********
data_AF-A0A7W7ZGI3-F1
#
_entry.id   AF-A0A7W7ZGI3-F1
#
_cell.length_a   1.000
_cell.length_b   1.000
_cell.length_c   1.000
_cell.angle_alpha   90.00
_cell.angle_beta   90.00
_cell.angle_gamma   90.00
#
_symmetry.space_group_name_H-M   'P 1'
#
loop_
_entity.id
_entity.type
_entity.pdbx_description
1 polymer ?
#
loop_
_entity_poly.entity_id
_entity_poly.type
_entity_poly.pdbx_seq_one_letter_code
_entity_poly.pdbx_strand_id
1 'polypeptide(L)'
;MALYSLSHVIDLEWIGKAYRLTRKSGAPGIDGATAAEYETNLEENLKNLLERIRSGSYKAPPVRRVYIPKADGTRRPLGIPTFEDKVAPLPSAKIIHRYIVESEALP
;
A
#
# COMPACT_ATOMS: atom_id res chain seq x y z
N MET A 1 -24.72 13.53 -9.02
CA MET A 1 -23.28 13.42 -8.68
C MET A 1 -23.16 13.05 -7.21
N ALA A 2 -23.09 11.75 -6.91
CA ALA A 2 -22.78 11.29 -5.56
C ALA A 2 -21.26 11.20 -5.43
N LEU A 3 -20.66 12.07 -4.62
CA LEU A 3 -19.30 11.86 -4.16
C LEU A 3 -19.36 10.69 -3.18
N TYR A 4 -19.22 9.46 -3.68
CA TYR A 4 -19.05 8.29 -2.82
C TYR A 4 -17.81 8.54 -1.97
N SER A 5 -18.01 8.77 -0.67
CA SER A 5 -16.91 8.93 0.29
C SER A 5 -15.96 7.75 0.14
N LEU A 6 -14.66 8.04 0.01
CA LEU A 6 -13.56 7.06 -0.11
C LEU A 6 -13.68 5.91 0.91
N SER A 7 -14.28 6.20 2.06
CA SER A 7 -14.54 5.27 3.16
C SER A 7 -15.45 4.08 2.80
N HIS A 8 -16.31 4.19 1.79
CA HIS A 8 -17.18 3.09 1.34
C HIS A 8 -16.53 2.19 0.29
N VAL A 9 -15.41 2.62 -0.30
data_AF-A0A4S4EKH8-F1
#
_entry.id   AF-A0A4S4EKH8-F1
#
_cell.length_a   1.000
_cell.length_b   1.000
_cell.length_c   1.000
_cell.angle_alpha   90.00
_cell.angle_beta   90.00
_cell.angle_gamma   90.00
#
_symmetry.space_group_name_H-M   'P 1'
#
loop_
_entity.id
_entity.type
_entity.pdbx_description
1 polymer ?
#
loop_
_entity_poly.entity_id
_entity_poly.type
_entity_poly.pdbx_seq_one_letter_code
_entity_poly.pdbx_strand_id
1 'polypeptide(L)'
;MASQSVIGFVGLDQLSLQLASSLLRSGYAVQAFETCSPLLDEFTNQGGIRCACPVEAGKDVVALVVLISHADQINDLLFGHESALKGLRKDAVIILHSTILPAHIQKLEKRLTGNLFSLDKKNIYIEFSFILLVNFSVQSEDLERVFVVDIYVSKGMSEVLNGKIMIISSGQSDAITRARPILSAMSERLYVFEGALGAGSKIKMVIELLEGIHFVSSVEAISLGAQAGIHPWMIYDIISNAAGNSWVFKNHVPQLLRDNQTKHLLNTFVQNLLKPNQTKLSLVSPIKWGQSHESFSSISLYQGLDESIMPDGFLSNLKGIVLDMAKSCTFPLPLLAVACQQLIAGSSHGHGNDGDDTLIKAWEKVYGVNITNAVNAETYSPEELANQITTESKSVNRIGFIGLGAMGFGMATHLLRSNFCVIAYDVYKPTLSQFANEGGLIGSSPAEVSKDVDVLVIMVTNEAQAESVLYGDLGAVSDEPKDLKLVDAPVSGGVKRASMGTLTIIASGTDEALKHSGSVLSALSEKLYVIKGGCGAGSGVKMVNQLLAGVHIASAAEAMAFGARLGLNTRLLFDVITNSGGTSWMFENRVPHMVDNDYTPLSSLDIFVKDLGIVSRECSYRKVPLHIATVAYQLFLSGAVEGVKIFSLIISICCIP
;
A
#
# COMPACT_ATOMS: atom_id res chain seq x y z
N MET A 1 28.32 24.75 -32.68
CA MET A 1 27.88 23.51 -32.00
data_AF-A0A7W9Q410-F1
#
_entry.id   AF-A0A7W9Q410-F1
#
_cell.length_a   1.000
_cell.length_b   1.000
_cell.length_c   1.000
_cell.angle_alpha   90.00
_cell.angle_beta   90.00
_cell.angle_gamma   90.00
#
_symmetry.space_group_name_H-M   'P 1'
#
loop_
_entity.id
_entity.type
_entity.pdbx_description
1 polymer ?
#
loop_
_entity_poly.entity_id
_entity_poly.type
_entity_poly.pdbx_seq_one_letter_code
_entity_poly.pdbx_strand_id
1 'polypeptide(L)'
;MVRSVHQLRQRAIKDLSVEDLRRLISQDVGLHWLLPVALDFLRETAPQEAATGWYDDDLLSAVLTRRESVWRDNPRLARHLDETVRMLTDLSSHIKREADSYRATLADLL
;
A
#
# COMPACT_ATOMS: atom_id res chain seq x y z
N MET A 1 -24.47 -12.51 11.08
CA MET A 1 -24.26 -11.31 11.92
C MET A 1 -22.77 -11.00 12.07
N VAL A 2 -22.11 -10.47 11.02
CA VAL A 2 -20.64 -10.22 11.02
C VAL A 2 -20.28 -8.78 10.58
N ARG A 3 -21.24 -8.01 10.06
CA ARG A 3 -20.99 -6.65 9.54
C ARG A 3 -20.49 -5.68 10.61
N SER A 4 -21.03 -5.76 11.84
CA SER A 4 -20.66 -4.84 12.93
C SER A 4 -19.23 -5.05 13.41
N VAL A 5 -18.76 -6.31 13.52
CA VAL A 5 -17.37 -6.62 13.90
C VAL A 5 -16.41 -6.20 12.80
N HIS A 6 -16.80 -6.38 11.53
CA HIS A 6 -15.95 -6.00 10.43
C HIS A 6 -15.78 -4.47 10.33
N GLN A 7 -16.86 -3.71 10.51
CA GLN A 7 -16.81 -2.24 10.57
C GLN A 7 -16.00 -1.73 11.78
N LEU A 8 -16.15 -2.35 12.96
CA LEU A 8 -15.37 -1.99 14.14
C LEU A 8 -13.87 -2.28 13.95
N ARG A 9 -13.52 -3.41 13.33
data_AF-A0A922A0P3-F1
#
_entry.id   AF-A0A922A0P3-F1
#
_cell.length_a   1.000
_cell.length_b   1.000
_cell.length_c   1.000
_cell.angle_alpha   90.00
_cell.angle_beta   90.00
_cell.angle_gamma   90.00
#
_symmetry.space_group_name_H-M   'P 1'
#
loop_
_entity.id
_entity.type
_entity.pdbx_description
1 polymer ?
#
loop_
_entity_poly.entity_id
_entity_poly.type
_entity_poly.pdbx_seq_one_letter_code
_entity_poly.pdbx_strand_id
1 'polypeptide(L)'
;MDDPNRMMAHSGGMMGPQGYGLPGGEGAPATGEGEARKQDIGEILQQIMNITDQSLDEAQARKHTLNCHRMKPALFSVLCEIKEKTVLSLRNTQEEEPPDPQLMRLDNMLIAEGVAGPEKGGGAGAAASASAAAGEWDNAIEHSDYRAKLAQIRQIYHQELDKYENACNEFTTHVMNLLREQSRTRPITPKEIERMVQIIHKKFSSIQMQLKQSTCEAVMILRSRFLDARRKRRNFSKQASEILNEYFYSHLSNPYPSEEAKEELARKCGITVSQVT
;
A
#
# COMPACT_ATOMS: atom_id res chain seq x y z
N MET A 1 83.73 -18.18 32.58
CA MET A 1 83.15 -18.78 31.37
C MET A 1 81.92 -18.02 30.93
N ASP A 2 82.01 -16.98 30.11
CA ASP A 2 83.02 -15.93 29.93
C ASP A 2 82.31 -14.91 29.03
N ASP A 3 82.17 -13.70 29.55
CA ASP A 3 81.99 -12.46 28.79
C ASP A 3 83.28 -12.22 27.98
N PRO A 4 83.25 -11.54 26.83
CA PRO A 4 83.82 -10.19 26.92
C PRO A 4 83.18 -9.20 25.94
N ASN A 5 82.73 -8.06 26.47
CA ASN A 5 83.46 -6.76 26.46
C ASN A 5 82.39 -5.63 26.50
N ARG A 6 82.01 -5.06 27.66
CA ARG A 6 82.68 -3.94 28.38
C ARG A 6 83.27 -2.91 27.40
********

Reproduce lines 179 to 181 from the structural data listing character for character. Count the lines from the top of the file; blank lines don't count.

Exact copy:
N ASP A 3 82.17 -13.70 29.55
CA ASP A 3 81.99 -12.46 28.79
C ASP A 3 83.28 -12.22 27.98